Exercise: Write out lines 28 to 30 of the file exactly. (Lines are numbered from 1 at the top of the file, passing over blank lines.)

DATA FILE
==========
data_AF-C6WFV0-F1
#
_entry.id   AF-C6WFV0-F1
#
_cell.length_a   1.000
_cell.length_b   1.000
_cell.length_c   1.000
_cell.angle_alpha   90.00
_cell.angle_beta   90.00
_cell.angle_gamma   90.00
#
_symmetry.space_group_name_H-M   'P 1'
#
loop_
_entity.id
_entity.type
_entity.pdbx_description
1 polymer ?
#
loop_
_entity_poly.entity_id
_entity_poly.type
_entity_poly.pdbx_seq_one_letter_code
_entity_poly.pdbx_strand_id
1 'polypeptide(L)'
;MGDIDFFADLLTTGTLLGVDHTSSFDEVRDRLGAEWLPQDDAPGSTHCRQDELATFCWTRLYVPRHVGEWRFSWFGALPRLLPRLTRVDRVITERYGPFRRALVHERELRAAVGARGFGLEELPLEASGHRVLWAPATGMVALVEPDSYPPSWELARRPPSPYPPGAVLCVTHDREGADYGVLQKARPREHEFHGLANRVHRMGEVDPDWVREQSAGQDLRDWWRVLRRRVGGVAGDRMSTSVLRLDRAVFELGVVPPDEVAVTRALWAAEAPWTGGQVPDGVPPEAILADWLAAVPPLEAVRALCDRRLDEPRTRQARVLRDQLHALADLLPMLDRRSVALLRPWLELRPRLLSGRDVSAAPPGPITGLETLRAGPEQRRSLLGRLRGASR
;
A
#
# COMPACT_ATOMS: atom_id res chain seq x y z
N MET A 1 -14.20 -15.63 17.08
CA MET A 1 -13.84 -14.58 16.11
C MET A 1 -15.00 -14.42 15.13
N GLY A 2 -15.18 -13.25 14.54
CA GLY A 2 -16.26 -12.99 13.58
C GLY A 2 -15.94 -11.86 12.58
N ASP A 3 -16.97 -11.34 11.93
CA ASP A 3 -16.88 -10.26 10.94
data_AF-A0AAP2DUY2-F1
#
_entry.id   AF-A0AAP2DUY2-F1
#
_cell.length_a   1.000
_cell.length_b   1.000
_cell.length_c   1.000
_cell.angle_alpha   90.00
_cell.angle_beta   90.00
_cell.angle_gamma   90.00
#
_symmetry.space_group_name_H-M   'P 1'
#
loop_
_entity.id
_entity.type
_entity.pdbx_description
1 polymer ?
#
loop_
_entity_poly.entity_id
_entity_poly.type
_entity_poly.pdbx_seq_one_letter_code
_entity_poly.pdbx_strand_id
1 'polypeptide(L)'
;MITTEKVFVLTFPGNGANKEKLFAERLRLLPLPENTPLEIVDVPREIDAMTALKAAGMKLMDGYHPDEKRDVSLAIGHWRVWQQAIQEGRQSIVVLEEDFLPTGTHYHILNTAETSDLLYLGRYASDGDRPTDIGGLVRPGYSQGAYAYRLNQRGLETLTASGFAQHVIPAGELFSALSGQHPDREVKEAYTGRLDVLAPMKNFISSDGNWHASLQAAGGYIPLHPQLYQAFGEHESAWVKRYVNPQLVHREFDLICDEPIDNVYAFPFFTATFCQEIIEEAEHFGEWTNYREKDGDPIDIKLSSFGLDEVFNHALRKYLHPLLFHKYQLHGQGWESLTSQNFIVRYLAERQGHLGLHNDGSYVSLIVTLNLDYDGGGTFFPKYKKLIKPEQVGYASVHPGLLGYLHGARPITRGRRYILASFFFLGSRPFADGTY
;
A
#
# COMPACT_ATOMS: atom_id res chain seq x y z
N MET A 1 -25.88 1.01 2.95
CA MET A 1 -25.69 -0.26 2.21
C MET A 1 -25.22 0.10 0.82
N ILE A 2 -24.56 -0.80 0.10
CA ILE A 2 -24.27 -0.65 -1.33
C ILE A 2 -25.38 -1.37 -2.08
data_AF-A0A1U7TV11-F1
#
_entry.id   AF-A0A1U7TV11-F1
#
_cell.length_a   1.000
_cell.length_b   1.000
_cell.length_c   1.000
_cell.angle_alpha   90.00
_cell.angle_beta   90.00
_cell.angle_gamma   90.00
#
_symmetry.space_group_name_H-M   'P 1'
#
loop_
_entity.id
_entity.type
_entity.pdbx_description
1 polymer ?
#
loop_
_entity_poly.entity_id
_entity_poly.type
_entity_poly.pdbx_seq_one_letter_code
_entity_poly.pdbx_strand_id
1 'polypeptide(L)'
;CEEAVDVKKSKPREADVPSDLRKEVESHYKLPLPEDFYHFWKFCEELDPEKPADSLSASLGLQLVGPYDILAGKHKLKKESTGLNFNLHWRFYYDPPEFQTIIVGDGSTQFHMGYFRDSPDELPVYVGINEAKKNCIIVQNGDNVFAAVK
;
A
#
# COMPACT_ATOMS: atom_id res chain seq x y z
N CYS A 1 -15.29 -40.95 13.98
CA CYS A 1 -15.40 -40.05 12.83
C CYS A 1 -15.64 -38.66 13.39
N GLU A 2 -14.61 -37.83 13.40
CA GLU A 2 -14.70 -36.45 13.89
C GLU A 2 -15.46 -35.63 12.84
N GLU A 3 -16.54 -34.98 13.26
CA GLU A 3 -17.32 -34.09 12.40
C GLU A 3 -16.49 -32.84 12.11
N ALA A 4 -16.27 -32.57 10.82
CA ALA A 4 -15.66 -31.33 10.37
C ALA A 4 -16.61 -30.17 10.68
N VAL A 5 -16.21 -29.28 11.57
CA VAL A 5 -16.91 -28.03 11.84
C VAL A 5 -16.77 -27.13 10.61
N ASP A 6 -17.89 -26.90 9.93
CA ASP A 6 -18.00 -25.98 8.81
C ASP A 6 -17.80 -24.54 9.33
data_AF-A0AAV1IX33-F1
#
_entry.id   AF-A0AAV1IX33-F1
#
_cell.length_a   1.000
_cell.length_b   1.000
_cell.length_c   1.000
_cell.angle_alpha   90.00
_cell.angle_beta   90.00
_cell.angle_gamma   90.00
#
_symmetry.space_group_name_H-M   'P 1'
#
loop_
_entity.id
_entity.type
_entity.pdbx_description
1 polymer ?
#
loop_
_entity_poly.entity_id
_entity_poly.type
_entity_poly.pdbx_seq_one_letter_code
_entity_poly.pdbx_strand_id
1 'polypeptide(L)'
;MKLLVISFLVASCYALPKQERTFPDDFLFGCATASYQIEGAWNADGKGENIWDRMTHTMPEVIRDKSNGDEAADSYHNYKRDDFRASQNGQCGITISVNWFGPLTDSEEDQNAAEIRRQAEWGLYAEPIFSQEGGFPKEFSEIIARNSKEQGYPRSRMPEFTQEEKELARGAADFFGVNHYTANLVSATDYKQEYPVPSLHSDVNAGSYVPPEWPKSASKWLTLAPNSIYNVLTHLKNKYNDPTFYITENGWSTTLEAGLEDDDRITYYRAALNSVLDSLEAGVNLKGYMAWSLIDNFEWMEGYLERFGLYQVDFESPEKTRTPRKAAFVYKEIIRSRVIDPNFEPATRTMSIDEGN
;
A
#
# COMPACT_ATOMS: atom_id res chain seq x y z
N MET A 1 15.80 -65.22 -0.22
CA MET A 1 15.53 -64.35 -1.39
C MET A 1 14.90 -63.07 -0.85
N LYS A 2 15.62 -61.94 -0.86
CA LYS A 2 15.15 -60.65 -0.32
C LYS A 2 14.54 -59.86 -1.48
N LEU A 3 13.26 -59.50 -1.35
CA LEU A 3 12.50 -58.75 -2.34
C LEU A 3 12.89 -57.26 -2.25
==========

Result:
A
#
# COMPACT_ATOMS: atom_id res chain seq x y z